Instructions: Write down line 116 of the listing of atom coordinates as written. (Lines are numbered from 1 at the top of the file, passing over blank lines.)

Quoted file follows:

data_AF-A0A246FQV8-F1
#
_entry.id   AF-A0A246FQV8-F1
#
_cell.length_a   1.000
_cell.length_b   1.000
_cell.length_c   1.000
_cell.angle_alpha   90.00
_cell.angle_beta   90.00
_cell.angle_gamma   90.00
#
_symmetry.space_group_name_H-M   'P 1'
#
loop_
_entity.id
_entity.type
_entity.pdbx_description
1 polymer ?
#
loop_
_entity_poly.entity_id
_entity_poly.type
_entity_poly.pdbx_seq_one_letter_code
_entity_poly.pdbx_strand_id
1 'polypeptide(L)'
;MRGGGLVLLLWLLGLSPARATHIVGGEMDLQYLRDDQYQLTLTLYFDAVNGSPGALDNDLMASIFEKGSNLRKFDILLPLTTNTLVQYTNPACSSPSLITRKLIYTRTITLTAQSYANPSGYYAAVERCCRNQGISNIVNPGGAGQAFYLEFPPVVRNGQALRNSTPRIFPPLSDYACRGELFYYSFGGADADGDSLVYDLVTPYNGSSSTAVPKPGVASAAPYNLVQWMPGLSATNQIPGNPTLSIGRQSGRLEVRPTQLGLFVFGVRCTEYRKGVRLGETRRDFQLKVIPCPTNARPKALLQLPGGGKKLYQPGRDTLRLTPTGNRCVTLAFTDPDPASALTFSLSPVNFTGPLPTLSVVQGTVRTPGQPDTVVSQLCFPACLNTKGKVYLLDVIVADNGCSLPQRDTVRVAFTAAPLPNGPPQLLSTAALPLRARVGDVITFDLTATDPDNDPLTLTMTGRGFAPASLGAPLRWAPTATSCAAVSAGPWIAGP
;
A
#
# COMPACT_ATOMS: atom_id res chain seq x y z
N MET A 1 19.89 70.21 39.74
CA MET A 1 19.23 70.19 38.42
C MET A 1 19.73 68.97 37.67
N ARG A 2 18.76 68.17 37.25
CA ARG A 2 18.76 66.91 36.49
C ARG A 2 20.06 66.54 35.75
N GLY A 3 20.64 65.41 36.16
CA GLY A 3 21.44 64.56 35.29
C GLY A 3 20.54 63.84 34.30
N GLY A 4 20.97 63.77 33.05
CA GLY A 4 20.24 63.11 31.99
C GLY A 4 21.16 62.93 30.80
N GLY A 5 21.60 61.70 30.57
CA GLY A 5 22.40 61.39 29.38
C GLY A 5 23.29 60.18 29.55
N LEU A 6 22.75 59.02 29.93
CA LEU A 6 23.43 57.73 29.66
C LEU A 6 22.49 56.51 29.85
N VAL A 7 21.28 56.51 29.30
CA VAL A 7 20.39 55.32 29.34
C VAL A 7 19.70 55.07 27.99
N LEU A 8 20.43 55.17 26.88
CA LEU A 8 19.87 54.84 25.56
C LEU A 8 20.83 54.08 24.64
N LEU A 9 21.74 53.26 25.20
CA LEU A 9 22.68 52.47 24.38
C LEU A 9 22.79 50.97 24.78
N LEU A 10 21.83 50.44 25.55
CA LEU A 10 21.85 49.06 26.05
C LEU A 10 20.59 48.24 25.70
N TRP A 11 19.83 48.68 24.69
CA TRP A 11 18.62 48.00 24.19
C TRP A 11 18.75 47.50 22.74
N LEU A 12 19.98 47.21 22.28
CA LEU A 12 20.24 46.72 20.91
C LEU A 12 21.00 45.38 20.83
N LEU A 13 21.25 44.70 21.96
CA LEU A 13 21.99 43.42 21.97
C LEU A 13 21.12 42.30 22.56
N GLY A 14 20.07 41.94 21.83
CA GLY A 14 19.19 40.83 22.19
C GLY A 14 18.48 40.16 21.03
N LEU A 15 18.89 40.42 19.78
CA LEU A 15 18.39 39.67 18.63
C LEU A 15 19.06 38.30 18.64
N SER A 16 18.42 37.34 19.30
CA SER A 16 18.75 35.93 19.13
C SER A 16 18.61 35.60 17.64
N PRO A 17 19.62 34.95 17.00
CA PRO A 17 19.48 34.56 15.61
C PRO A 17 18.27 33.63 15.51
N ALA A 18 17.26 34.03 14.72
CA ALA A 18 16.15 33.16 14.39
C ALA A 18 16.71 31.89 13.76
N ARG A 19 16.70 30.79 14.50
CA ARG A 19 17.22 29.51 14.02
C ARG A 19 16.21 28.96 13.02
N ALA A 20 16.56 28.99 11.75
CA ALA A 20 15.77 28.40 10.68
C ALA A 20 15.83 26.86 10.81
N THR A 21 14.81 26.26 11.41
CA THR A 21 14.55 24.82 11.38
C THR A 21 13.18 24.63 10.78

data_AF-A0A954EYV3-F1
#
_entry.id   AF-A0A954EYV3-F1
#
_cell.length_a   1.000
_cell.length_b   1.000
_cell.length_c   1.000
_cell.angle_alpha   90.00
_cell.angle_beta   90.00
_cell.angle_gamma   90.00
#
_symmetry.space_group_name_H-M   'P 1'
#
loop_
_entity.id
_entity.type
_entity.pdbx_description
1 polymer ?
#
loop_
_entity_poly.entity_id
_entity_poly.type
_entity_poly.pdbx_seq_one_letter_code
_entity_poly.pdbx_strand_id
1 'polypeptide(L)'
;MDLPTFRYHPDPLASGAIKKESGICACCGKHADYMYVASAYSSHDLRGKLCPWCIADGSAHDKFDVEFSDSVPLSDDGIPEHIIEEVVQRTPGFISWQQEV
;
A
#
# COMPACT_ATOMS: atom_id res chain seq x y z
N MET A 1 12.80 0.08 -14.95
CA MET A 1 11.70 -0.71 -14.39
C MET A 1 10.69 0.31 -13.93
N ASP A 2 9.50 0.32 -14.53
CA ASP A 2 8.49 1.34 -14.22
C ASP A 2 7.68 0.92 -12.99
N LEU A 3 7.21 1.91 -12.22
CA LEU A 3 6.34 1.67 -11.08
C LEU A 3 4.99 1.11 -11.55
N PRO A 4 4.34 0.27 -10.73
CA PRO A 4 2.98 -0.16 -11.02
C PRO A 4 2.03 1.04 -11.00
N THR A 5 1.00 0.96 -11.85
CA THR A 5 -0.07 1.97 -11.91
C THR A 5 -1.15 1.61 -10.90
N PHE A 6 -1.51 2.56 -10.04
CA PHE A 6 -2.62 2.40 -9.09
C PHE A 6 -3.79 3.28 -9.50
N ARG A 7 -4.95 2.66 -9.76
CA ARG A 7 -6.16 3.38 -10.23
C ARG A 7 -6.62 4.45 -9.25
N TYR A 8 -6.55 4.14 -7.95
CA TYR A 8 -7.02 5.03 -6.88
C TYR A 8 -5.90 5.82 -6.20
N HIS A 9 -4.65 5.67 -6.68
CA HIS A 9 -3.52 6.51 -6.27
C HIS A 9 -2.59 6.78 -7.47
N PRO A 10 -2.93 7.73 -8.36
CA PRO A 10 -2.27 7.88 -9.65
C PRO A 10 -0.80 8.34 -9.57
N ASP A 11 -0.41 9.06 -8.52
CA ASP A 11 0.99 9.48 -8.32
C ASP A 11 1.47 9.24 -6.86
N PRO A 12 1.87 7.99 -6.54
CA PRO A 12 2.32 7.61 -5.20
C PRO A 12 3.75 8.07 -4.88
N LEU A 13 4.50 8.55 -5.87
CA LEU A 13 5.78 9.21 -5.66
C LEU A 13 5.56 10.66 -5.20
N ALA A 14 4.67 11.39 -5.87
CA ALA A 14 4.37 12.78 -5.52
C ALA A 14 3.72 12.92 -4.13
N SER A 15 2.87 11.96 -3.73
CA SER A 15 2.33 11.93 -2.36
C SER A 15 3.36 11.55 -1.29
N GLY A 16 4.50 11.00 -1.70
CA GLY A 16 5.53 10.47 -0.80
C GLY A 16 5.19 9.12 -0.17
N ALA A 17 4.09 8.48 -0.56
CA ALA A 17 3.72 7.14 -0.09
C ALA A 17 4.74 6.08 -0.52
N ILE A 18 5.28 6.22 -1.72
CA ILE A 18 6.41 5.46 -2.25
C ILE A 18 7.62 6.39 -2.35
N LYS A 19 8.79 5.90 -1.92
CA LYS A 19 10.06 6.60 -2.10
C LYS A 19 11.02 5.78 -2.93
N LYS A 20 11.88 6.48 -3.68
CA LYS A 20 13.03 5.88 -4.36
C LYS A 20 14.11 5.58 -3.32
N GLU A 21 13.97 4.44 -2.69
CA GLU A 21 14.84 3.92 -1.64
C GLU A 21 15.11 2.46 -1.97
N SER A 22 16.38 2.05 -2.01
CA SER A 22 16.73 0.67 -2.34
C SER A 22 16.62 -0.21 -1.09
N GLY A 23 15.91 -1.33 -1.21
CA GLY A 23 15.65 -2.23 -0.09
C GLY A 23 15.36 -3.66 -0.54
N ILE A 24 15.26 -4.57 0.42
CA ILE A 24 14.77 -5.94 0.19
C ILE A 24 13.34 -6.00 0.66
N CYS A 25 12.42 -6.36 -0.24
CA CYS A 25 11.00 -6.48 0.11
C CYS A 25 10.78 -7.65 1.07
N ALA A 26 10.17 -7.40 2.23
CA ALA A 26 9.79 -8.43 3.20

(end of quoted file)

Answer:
_entity_poly.pdbx_seq_one_letter_code